Roast, switching the baking sheets halfway through, until the bottoms are well charred, 18 to 24 minutes, depending on the heat of your oven.

Step 3: Make the dressing

Finely chop 1 Fresno chili, discarding the seeds.

Thinly slice 1 large shallot.

In a large bowl, whisk together 3 tablespoons white wine vinegar, a couple tablespoons of olive oil and a pinch of salt. Add the Fresno and shallot.

Step 4: Crisp the farro

In a medium non-stick skillet, heat a few good glugs of olive oil (about 2 tablespoons) over medium heat. Add the drained and cooled grains and cook, undisturbed, until crisped and chewy on the bottom, 2 to 3 minutes. Give it a stir and continue to crisp for 1 to 2 minutes longer, until lightly golden and crisp but chewy. Season with salt and transfer to the bowl of dressing.

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Step 5: Assemble

Coarsely chop or crumble 2 ounces (57 grams) smoked cheddar cheese into bite-size pieces (you’ll have about 1/3 cup). Add to the bowl, along with the leaves from 1 bunch of mint.

Add the broccoli. Toss everything together, season with salt and pepper, and serve!

Notes: The stems are as delicious as the florets, and because you can create flat sides as you cut them, they get super caramelized and crispy as they cook.

If it seems like your oven is running really hot and the broccoli is charring too quickly before it’s tender, you can always move the broccoli up to a higher rack.


Meatballs in red sauce
“They’re my favourite meatballs of all time,” says Molly Baz. Mollz Ballz are light and fluffy, thanks to the ricotta cheese, with a refreshing hit of mint three ways. Photo by Peden + Munk

Serves: 4 to 6

12 garlic cloves
1 bunch of mint
1 large yellow onion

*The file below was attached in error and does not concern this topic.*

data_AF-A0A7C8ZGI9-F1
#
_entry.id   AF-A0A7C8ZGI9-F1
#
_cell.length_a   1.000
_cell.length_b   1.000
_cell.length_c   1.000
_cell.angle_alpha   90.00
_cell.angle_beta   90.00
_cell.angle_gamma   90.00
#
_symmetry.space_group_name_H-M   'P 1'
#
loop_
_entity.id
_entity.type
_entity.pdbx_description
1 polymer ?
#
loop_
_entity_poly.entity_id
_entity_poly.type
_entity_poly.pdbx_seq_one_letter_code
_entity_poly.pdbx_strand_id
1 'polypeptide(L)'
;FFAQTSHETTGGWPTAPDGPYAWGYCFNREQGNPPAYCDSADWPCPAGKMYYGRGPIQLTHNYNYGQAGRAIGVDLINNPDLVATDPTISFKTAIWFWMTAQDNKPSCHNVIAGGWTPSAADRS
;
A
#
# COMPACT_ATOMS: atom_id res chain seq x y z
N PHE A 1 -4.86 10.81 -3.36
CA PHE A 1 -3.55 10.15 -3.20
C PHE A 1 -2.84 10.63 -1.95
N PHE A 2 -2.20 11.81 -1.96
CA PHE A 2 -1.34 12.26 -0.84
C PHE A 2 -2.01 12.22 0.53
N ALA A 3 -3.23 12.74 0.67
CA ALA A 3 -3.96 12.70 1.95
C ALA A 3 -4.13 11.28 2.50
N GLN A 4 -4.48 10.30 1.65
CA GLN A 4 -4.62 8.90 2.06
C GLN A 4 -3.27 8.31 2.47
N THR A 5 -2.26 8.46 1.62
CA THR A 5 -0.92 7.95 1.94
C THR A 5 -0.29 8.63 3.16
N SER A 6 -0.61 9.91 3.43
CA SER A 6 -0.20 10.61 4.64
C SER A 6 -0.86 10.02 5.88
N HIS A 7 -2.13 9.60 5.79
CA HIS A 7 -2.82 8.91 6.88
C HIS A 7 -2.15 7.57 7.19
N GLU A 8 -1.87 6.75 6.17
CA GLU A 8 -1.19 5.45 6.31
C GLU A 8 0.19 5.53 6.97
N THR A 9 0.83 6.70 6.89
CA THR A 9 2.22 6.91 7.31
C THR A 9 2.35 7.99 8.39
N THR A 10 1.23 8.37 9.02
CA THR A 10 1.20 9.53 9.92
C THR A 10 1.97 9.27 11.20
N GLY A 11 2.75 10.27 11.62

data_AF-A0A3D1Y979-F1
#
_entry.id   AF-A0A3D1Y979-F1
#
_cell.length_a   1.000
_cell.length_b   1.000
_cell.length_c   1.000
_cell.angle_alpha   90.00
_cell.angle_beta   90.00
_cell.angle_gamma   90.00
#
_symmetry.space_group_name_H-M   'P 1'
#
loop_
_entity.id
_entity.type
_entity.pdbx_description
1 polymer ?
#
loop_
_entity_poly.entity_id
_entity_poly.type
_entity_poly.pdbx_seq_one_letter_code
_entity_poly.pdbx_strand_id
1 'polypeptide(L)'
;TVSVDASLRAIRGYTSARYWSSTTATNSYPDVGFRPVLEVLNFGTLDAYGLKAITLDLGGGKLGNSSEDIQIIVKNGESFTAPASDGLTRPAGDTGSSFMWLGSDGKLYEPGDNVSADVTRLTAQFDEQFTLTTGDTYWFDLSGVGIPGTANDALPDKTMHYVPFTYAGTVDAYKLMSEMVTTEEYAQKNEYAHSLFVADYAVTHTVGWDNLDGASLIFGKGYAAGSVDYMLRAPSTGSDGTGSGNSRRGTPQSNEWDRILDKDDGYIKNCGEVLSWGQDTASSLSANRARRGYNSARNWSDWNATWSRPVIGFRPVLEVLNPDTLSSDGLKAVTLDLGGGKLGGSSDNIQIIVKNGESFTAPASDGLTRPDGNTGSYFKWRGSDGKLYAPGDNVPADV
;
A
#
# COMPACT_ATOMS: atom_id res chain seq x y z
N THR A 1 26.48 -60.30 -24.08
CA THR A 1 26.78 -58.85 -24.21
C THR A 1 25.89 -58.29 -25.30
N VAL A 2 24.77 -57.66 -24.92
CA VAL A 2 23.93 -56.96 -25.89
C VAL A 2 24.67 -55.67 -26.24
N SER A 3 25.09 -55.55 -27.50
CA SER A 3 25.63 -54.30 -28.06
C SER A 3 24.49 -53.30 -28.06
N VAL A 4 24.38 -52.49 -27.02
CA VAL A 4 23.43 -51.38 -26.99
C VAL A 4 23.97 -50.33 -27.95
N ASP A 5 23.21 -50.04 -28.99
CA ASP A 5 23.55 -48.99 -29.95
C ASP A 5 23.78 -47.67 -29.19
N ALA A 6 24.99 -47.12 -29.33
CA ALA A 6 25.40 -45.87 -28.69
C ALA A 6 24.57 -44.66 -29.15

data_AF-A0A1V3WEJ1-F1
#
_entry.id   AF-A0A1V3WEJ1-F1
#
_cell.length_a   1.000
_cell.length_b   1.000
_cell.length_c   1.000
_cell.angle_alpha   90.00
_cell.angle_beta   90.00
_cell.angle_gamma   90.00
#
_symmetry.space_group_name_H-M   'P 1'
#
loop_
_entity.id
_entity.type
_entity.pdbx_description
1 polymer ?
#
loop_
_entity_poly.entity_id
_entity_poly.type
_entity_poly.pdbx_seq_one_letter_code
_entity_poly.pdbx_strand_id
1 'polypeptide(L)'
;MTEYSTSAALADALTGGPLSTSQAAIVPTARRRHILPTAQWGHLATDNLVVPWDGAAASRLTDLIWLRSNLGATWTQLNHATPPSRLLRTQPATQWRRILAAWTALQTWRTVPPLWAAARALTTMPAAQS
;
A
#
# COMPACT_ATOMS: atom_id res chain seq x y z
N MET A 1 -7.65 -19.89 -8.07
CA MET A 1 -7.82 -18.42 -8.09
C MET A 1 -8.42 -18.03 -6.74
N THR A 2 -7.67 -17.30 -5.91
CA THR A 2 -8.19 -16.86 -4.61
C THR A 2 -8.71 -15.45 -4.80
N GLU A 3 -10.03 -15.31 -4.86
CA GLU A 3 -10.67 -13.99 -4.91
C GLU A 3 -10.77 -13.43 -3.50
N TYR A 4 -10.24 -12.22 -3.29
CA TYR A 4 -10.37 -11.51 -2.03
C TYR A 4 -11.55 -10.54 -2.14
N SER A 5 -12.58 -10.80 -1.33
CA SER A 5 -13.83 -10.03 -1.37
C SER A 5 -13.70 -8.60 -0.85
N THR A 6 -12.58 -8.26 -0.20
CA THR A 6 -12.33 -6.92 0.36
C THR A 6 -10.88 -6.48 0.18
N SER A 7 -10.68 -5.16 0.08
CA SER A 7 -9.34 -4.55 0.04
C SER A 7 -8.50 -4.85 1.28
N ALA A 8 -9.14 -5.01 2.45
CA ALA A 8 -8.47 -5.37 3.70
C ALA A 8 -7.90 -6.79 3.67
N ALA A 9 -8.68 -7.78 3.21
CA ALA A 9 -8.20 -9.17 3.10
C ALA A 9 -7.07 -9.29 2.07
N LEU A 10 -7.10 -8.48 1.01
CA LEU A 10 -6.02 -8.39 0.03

1/2 cup fresh whole-milk ricotta cheese
2 oz (57 g) grated Parmigiano Reggiano (1/2 cup), plus more for serving
3 tbsp unsalted butter

2 large eggs
1/2 lb (227 g) spicy Italian sausage, casings removed
3/4 lb (340 g) 80 per cent lean ground beef

4 tbsp extra-virgin olive oil, plus more for drizzling
Kosher salt and freshly ground black pepper
6 oil-packed anchovy fillets, plus 1 1/2 tsp of their oil
1 1/4 cups panko bread crumbs
Red pepper flakes
1 (28-oz/227-g) can tomato puree
Garlic-rubbed toast, for serving (optional)

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Step 1: Make the meatballs

In a medium bowl, whisk together 2 large eggs, 6 grated garlic cloves, 1/2 cup ricotta cheese, 2 ounces (57 grams) grated Parmigiano Reggiano, 2 tablespoons olive oil, 2 1/2 teaspoons salt, 1 1/2 teaspoons anchovy oil from the tin and lots of freshly ground black pepper.

Add 1 1/4 cups panko bread crumbs, whisking until well hydrated by the egg mixture.

Finely chop the leaves of about half of 1 bunch of mint. Add the mint and 1/2 pound (227 grams) spicy Italian sausage to the panko mixture, and work with your hands until the meat is evenly distributed. Add 3/4 pound (340 grams) ground beef and work together gently until well mixed.

Divide the meat into 8 equal portions and roll them into balls — they’ll be about the size of tennis balls. Transfer to a rimmed baking sheet or large plate.

Step 2: Make the sauce

Finely chop 1 large yellow onion.

Thinly slice the remaining 6 garlic cloves.

In a large Dutch oven, heat a few more glugs of olive oil over high heat. Add the meatballs in a single layer and cook, turning every minute or so, until browned in most areas, 6 to 7 minutes total. Transfer to a plate — the meatballs will still be raw in the centre but will finish cooking in the sauce later on. Pour off all but 2 tablespoons of fat from the skillet.

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Reduce the heat to medium, add the chopped onions, sliced garlic, 6 oil-packed anchovy fillets, and a pinch or two of red pepper flakes, and cook, stirring often, until the onions are translucent and just barely beginning to brown at the edges, 6 to 8 minutes.

Stir in 1 (28-oz/227-g) can tomato puree, 3 tablespoons unsalted butter and a few more mint sprigs (reserving some for garnish). Season the sauce with salt — it’ll need quite a bit. Bring the sauce to a simmer, then reduce the heat as needed to maintain a very gentle simmer and cook until slightly thickened, 4 to 6 minutes.

Nestle the meatballs back into the sauce, cover the pot, and cook over medium heat, turning the meatballs occasionally, for 8 minutes. Uncover the pot and continue to cook, reducing the heat as necessary if the sauce is boiling too rapidly, until the meatballs are springy/bouncy when pressed with your fingers and cooked through and the sauce has reduced, 8 to 10 minutes.

Step 3: Serve

Pick the leaves of the remaining mint, scatter the leaves over the balls with more Parm, and drizzle generously with olive oil. Serve with garlic-rubbed toast alongside, if desired.

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Tangled leek pizza